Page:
But in reality, the lyrics represent less defiance than observation, and Swedenburg argues that associating Rai with rebellion and youth misrepresents the form. In Algeria and throughout much of the Middle East, people across generations enjoy the music. It’s a staple at wedding celebrations and social events as well as in night clubs and bars. What Americans mistake for rebellion is actually an acceptable and appreciated form of expression.

“The subjects that Rai addresses aren’t atypical of Arab music. It’s just more characteristic of the unofficial traditions in Middle East culture,” Swedenburg said. “Our perceptions of this region are under the influence of stereotypes. Rai music proves that you can’t take a trend — for example, social conservatism — and assume it represents 200 million people. Culture is not homogenous throughout this region. It’s extremely diverse and complicated.”
 

Damascus, Syria

Collections of Nizar Kabbani’s poetry illustrate the sensual focus of his work: top, “The Poem of Maya”; below, “Fifty Years in Praise of Women.”

Of all the popular artforms, none is more cherished, more steeped in the culture of the Middle East, than poetry. With a 1600-year history of myth making and story telling, it records the nightmares and dreams of a vast civilization. And of all the poets who have written in Arabic, none is more widely quoted, savored, recited or shared than the Syrian-born poet Nizar Kabbani.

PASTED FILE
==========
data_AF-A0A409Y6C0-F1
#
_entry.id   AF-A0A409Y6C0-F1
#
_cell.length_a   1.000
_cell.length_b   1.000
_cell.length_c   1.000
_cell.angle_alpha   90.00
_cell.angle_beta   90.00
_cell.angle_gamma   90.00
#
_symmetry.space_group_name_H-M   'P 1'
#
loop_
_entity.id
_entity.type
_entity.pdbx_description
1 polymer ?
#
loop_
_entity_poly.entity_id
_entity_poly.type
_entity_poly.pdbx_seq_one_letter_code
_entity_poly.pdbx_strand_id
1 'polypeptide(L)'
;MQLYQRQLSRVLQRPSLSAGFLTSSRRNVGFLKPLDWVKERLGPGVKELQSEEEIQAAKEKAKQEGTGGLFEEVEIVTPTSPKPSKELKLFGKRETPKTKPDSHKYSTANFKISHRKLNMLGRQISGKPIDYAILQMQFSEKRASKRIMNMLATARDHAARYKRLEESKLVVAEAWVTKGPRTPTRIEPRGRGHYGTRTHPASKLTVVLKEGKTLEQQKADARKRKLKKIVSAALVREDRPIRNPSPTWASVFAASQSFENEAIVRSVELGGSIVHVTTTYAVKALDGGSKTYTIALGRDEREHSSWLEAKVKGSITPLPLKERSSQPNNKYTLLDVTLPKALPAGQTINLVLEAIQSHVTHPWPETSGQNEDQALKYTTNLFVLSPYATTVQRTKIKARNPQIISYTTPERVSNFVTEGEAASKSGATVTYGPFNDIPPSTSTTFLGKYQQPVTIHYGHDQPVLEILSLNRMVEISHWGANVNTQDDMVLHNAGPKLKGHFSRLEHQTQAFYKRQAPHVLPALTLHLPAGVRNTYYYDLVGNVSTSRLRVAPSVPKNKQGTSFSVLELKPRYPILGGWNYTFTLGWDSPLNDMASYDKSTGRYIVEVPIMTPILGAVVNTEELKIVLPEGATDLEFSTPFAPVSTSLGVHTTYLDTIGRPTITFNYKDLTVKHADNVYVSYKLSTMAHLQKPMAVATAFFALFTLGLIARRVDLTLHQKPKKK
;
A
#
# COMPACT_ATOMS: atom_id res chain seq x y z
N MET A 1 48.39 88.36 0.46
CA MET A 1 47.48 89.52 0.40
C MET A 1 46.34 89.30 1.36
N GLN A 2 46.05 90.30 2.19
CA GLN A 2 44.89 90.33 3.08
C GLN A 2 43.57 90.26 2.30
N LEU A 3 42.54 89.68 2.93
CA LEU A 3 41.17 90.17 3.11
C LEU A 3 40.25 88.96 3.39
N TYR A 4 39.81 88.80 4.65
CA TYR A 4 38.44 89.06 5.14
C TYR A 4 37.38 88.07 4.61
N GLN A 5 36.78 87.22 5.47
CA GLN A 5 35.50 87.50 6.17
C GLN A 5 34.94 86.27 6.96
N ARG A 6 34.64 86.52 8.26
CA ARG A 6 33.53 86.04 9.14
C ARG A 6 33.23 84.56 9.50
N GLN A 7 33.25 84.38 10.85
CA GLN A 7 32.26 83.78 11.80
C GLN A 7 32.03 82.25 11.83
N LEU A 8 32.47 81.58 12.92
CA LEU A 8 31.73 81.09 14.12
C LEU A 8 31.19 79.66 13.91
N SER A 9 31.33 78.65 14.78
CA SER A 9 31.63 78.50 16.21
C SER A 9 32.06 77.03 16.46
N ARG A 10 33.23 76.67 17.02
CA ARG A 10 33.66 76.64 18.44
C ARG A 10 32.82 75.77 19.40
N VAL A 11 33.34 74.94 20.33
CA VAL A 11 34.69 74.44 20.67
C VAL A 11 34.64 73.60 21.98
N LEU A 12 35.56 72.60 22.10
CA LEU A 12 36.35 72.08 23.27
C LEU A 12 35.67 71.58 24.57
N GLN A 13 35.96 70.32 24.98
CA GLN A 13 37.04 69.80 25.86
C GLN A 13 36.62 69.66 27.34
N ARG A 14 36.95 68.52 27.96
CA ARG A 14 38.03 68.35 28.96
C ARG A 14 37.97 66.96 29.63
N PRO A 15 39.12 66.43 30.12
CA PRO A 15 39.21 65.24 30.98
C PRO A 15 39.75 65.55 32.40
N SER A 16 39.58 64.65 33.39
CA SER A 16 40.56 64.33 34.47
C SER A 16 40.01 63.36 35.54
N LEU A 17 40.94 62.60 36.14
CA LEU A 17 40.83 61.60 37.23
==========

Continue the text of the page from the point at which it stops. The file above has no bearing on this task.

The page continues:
“Poetry is the privileged artform of the Arab world,” said Mohja Kahf, an associate professor of English, herself born in Syria. “When I give talks at local high schools, I ask how many students have attended a poetry reading in the past six months. It’s rare to see a hand go up. Then I ask how many have seen a sports event, how many have gone to a movie? When all the hands are raised, I tell them that’s comparable to how many people would attend a poetry reading in the Arab countries. When Kabbani read, thousands of listeners came.”

Kahf, whose parents brought her to the United States as an infant, was nonetheless raised hearing Kabbani’s name at the dinner table, his poetry recited around her. His work was part of the atmosphere of being Arab, she said: “I breathed that poetry in at an early age.” Now a scholar and poet herself, Kahf has translated many of Kabbani’s works and studied his career, which spanned a 50-year period from the 1940s to his death in 1998.

The release of each new Kabbani poem amounted to a news event, Kahf said. His poems were published in Arabic newspapers, memorized by millions. It was quite a different reception than that which heralded his first collection in 1944. Filled with sensual details and luscious depictions of women’s bodies, Kabbani’s early poems gained popularity among the young, who covertly passed his book to others and relished his poems on the sly.